Despite promises from Senate Majority Leader Harry Reid (D-Nev.) that Sen. Arlen Specter (Pa.) would retain his seniority after switching parties, Specter will be put at the end of the seniority line on all his committees but one under a resolution approved on the floor late Tuesday.
Under the modified organizing resolution, Specter will not keep his committee seniority on any of the five committees that he serves on and will be the junior Democrat on all but one the chambers Special Committee on Aging. On that committee, he will be next to last in seniority.
As a result, Specter who as a Republican was ranking member on the Judiciary Committee and a senior member of the Appropriations Committee, as well as ranking member of the panels Subcommittee on Labor, Health and Human Services, and Education will now rank behind all the other Democrats, at least until the end of this Congress.
According to a senior Democratic aide, it remains unclear whether Specter who will still retain his seniority in the Senate outside of the committees will see a boost in his committee seniority should he be re-elected for the next session. The status of his seniority for the next Congress will be determined once the 112th Congress convenes in 2011, the aide said.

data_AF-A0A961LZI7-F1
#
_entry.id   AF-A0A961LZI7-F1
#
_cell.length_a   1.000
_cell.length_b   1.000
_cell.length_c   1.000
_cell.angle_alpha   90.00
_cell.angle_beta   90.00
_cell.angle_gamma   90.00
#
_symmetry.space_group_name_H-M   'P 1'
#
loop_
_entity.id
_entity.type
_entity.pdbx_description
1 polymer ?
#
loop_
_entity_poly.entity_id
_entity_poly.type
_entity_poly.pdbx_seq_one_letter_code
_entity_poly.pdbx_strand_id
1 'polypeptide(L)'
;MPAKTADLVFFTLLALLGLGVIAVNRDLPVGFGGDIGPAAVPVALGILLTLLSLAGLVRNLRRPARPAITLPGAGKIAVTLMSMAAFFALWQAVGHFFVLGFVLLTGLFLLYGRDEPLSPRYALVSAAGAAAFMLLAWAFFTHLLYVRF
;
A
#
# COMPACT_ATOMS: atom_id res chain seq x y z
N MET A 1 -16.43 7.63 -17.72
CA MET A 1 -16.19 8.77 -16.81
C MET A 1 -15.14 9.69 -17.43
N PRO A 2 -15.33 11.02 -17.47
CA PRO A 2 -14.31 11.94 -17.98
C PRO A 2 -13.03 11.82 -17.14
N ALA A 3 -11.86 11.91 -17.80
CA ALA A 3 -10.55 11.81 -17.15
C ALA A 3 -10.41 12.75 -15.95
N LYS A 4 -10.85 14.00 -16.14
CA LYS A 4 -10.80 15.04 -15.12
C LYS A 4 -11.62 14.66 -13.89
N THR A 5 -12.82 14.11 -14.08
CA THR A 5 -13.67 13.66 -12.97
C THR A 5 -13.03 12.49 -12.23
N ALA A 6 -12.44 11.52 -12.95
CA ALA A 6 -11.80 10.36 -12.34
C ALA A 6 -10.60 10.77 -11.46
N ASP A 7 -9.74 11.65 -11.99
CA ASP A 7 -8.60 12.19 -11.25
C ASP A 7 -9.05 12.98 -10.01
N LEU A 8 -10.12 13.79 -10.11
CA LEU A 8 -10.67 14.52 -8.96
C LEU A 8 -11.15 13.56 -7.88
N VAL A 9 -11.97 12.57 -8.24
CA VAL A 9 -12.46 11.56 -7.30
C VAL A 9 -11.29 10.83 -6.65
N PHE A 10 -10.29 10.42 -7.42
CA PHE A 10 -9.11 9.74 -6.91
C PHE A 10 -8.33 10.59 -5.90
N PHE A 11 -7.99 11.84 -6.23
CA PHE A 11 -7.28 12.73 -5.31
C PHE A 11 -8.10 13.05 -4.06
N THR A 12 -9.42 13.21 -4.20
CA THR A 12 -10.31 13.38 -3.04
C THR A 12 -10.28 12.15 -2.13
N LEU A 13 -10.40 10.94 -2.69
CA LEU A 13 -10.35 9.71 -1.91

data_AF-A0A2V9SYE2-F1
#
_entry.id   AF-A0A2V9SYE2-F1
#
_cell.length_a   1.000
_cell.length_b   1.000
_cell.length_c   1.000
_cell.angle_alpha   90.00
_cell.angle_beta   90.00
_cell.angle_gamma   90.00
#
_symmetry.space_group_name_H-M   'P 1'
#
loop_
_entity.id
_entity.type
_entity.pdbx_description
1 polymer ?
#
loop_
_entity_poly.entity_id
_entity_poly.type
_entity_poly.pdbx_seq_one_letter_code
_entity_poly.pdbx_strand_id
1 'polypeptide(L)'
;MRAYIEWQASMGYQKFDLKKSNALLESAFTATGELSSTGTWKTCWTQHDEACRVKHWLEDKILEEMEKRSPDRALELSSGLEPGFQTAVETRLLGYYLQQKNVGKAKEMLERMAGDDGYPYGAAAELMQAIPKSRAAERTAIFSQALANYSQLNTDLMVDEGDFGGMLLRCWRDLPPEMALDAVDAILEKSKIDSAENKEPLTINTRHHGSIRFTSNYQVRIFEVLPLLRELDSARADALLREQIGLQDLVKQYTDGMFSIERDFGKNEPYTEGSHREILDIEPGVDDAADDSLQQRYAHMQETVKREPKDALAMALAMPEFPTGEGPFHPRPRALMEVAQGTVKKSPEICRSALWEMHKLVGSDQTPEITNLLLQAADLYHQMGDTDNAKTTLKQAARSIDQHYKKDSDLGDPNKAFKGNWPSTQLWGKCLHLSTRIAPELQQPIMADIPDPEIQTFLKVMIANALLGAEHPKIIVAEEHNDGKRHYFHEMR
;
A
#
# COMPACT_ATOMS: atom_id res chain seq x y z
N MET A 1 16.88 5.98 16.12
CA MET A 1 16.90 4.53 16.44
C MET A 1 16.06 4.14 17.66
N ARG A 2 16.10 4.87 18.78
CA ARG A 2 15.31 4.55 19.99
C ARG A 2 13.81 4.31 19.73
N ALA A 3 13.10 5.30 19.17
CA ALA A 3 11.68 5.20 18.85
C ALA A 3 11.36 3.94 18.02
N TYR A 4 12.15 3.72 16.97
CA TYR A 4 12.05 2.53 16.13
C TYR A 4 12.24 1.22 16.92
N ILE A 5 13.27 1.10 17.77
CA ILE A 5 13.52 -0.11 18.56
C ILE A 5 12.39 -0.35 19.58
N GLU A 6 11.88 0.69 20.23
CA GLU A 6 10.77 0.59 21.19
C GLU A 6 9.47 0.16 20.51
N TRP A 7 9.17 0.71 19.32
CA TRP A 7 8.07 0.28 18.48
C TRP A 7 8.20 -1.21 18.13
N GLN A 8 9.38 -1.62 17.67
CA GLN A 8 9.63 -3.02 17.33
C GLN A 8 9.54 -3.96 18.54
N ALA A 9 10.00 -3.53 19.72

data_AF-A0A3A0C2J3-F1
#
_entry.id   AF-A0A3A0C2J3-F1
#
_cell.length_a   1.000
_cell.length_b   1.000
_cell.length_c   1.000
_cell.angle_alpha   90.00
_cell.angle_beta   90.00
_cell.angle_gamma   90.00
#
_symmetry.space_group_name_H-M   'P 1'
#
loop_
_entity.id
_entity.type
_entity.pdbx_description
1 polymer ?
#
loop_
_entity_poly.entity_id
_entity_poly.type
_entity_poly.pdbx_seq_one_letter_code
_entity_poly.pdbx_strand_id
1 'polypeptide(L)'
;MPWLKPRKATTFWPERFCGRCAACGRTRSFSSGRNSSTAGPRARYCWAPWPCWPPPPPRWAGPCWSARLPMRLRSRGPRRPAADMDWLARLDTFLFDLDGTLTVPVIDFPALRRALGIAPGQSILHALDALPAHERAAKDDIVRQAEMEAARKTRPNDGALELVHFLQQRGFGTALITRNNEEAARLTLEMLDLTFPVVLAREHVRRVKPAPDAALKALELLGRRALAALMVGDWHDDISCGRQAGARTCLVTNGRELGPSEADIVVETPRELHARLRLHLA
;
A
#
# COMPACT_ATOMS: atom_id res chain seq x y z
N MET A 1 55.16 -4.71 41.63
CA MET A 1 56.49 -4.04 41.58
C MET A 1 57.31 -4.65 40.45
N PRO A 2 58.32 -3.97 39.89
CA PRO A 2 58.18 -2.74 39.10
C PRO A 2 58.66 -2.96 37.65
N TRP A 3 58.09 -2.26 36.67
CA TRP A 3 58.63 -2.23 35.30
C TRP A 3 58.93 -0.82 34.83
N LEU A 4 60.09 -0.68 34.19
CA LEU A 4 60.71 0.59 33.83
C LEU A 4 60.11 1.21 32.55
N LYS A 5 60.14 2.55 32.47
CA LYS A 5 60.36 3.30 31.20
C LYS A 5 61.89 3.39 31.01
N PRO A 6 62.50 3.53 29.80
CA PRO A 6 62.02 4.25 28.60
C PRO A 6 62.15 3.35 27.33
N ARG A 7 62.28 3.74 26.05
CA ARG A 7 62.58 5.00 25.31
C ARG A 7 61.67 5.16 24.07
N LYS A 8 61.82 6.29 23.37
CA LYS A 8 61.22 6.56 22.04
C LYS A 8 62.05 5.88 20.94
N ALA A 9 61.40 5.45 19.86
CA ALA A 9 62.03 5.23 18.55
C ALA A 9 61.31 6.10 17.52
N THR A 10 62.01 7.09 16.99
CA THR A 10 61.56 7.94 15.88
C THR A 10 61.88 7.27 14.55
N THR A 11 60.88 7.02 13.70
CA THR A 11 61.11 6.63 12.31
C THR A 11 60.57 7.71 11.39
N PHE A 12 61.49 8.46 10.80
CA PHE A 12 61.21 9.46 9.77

Democrats said that while unrelated, Specters comments to the New York Times Magazine this weekend indicating he would support former Sen. Norm Colemans (R-Minn.) disputed re-election bid against Al Franken have angered many Democrats.
Sen. Specter better watch comments like these. They wont help him in the caucus, a Democratic leadership aide said, adding that the comments have caused a lot of heartburn in the caucus.
David Drucker and Emily Pierce contributed to this report.
Former Sen. Scott Brown, R-Mass., candidate for U.S. Senate in New Hampshire, holds his hand over his heart during the singing of the national anthem as he waits to take the stage for his town hall campaign rally with Sen. John McCain at the Pinkerton Academy in Derry, N.H., on Monday, Aug. 18, 2014.